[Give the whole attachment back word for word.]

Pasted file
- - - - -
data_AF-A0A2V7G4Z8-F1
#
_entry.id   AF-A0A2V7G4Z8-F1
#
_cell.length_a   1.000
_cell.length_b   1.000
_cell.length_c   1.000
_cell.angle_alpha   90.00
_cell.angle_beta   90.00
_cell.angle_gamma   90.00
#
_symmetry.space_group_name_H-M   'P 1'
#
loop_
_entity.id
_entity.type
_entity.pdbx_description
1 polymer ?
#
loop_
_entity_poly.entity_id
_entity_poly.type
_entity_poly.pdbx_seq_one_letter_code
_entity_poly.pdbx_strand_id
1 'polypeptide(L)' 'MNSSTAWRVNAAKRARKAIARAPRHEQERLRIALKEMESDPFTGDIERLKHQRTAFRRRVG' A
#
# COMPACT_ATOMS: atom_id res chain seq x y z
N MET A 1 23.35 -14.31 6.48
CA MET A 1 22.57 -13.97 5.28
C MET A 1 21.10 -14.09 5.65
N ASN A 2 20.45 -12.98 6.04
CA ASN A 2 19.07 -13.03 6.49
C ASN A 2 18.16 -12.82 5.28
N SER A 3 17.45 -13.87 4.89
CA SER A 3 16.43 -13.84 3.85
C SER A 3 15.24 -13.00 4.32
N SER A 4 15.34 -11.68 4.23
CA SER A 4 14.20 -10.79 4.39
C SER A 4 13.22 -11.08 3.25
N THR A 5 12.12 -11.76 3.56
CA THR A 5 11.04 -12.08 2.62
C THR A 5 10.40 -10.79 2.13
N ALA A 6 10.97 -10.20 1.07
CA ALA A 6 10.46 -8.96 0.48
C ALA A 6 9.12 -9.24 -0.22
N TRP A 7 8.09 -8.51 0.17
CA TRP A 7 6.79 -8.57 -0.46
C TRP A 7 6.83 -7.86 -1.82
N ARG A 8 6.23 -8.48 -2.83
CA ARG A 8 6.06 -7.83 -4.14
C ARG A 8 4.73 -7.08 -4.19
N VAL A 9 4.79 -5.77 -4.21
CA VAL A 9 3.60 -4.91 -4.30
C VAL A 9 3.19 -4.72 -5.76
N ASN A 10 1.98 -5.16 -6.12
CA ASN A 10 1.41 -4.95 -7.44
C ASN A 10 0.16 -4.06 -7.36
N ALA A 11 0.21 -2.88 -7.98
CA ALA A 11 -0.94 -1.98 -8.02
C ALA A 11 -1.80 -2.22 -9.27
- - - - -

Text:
data_AF-A0A2V7G4Z8-F1
#
_entry.id   AF-A0A2V7G4Z8-F1
#
_cell.length_a   1.000
_cell.length_b   1.000
_cell.length_c   1.000
_cell.angle_alpha   90.00
_cell.angle_beta   90.00
_cell.angle_gamma   90.00
#
_symmetry.space_group_name_H-M   'P 1'
#
loop_
_entity.id
_entity.type
_entity.pdbx_description
1 polymer ?
#
loop_
_entity_poly.entity_id
_entity_poly.type
_entity_poly.pdbx_seq_one_letter_code
_entity_poly.pdbx_strand_id
1 'polypeptide(L)' 'MNSSTAWRVNAAKRARKAIARAPRHEQERLRIALKEMESDPFTGDIERLKHQRTAFRRRVG' A
#
# COMPACT_ATOMS: atom_id res chain seq x y z
N MET A 1 23.35 -14.31 6.48
CA MET A 1 22.57 -13.97 5.28
C MET A 1 21.10 -14.09 5.65
N ASN A 2 20.45 -12.98 6.04
CA ASN A 2 19.07 -13.03 6.49
C ASN A 2 18.16 -12.82 5.28
N SER A 3 17.45 -13.87 4.89
CA SER A 3 16.43 -13.84 3.85
C SER A 3 15.24 -13.00 4.32
N SER A 4 15.34 -11.68 4.23
CA SER A 4 14.20 -10.79 4.39
C SER A 4 13.22 -11.08 3.25
N THR A 5 12.12 -11.76 3.56
CA THR A 5 11.04 -12.08 2.62
C THR A 5 10.40 -10.79 2.13
N ALA A 6 10.97 -10.20 1.07
CA ALA A 6 10.46 -8.96 0.48
C ALA A 6 9.12 -9.24 -0.22
N TRP A 7 8.09 -8.51 0.17
CA TRP A 7 6.79 -8.57 -0.46
C TRP A 7 6.83 -7.86 -1.82
N ARG A 8 6.23 -8.48 -2.83
CA ARG A 8 6.06 -7.83 -4.14
C ARG A 8 4.73 -7.08 -4.19
N VAL A 9 4.79 -5.77 -4.21
CA VAL A 9 3.60 -4.91 -4.30
C VAL A 9 3.19 -4.72 -5.76
N ASN A 10 1.98 -5.16 -6.12
CA ASN A 10 1.41 -4.95 -7.44
C ASN A 10 0.16 -4.06 -7.36
N ALA A 11 0.21 -2.88 -7.98
CA ALA A 11 -0.94 -1.98 -8.02
C ALA A 11 -1.80 -2.22 -9.27